It's so exciting to see how many of us are hooked on the hexagons! I've seen some great hexes out there! This weekend, I've been thinking about layouts for my charm quilt.
If you saw my first hexagon post
, you may remember that I was a skeptic. I didn't plan on actually enjoying
making hexagons, I only wanted to see what the fuss was about. So, the first batch of hexagons I made contained a number of duplicates. Those are above. My skepticism is also the reason I started with one inch hexagons. I wanted to waste
as little fabric as possible on this experiment
After my hexagon enchantment, I decided I wanted to make a charm quilt; no two fabrics alike. I had already pieced a number of hexagons together, but I chalked those up to practice and decided to start a new batch without duplicates. Some of those are above.
If you are doing a true charm quilt, I think there's a decision that will need to be made in the beginning. Are you going to sew them together in random order as you make them or create a planned layout, perhaps by color?
With a sew-as-you-go random layout, (like the one above) you can sew the hexagons together as you create them and that could be a very good thing. In my case, this would make the likelihood of a finished quilt much more of a possibility. Making the hexagons is fun, quick and, addictive. But, sewing them together takes a little longer and requires more focus. I can just imagine myself months from now staring into a shoebox of over 1,100 hexagons and thinking "I have to sew all those together now!?! Ugh!"
One drawback of the sew-as-you-go layout might be that you use all the fabrics currently in your stash and they end up in the same part of the quilt rather than being spread throughout the quilt. For instance, all your Moda Wonderland is kind of clumped together. One way to remedy that might be to sew your hexagons together in small-ish sections and wait until you are near the end to sew all the sections together. That way, new fabrics you add months from now can be interspersed with your older fabrics.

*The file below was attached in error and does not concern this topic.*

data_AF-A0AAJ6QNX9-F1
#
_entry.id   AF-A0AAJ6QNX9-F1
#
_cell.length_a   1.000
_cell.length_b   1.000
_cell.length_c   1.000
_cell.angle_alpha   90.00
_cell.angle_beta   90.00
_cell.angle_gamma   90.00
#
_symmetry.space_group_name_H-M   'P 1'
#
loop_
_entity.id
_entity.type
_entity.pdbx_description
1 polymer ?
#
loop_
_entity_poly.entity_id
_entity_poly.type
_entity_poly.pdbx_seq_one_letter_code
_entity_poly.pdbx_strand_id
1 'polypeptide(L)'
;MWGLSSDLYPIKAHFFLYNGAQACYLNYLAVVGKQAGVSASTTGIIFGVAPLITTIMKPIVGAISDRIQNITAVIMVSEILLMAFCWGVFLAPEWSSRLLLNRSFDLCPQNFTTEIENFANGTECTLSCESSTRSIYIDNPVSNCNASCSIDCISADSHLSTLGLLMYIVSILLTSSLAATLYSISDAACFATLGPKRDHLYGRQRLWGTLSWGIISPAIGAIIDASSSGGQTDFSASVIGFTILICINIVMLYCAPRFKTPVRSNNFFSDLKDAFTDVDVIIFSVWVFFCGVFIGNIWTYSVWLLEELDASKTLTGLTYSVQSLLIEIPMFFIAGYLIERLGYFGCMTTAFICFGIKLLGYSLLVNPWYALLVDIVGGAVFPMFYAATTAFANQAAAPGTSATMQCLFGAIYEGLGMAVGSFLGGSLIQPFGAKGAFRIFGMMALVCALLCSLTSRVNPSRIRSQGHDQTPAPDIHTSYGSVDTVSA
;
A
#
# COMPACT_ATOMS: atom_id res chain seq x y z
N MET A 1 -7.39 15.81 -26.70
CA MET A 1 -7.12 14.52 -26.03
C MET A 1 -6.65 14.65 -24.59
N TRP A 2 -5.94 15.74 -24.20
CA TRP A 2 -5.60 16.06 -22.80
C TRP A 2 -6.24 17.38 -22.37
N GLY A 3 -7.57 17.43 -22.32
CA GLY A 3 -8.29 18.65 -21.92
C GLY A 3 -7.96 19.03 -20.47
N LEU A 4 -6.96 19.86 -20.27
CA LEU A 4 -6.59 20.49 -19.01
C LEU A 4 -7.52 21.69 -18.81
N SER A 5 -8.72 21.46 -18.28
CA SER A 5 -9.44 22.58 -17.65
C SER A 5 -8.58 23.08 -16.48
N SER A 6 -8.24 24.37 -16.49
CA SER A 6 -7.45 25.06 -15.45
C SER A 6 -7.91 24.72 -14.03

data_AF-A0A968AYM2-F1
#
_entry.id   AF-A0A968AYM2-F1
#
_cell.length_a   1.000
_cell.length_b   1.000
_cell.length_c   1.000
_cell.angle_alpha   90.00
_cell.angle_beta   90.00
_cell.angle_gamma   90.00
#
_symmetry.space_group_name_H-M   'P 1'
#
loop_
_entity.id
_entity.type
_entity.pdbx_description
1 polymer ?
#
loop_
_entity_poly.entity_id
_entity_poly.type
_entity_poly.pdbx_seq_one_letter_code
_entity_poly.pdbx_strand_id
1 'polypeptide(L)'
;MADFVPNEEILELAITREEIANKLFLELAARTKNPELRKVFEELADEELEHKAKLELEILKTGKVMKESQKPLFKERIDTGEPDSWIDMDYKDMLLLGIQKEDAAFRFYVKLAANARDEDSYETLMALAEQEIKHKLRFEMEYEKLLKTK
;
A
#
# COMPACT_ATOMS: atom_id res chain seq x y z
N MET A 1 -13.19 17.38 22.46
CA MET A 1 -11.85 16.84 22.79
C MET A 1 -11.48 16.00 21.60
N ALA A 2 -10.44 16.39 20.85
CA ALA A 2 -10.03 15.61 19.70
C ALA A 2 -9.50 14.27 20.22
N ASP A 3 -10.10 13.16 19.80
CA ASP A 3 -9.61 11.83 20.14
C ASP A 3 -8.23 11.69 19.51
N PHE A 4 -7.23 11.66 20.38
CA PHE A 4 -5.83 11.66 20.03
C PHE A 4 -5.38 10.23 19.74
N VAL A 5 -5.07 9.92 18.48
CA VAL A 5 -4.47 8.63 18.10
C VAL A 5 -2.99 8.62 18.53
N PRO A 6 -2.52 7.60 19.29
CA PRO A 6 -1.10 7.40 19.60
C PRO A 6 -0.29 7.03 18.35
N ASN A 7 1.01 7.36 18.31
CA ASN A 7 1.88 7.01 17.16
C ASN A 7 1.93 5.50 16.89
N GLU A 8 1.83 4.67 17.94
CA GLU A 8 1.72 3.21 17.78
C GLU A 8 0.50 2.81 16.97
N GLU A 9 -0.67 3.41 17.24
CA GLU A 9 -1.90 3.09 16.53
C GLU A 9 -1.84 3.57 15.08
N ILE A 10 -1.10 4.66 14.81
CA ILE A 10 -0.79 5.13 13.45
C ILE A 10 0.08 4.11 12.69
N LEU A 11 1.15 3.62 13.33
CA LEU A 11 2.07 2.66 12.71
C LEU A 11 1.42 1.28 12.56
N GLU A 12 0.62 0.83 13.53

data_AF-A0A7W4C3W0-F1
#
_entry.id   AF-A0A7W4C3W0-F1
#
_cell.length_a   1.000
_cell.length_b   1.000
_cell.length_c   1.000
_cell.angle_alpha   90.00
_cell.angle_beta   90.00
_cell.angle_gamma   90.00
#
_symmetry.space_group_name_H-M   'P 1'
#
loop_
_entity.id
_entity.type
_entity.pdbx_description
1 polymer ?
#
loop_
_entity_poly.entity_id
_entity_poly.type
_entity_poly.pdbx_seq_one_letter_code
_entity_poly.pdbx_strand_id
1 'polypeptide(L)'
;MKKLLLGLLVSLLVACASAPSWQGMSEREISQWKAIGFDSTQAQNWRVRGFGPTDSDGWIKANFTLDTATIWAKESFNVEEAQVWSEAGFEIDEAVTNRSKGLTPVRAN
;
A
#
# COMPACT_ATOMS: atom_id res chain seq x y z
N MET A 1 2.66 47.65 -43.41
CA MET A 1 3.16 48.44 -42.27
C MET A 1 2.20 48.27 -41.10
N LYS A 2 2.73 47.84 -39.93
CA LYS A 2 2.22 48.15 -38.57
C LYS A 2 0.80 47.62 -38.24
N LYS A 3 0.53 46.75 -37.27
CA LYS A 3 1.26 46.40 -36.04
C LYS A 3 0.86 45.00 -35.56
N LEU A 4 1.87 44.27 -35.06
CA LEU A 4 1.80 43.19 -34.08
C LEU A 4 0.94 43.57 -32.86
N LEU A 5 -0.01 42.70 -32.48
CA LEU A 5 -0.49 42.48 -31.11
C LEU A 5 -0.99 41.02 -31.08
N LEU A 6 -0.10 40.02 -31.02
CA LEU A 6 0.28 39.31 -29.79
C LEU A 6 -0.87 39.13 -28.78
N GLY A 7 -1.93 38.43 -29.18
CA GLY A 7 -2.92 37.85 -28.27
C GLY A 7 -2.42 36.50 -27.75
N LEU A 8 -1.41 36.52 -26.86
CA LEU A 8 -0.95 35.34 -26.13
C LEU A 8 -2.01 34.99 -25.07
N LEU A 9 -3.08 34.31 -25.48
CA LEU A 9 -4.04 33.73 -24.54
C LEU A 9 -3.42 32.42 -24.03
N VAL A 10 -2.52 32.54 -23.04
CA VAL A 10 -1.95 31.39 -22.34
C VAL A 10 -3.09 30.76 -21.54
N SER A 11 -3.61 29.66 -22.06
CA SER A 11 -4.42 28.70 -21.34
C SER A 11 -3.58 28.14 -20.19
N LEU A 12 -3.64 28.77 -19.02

A more planned layout can be extremely attractive, but requires a little forethought. I was playing with some of my hexagons and I really like the color spectrum layout (above). I find it very visually appealing. But, in order to get a true color spectrum, I think I'd need to make the majority, if not all, of my hexagons prior the sewing them together. That brings me back to the shoebox of 1,100 plus little, loose hexagons.
This layout uses a single color sewn into a flower and then placed in a color spectrum. I didn't have enough hexes done to fill this one in more, but it's a nice possibility. I'll call this one the flower spectrum layout. The flowers (seven hexes) could be sewn together as you go leaving you with only sewing the flowers together in the end, but the color flow might not be as nice as laying them all out individually prior to sewing them together.
In this layout, I could create flowers of a single color feeling and then sew the flowers together at random. This method could easily be sew-as-you-go and makes me think of organized chaos. It's quickly growing on me.
My dilemma? I need to decide! I've made well over 250 one inch hexagons, but only about 180 of those are one-of-a-kind. I've already sewn about 55 of those 180 together and I can't use those in any kind of a planned layout; they are totally random.
If you are doing a charm quilt, have you decided what type of layout you are using? I'd love to hear your thoughts and opinions!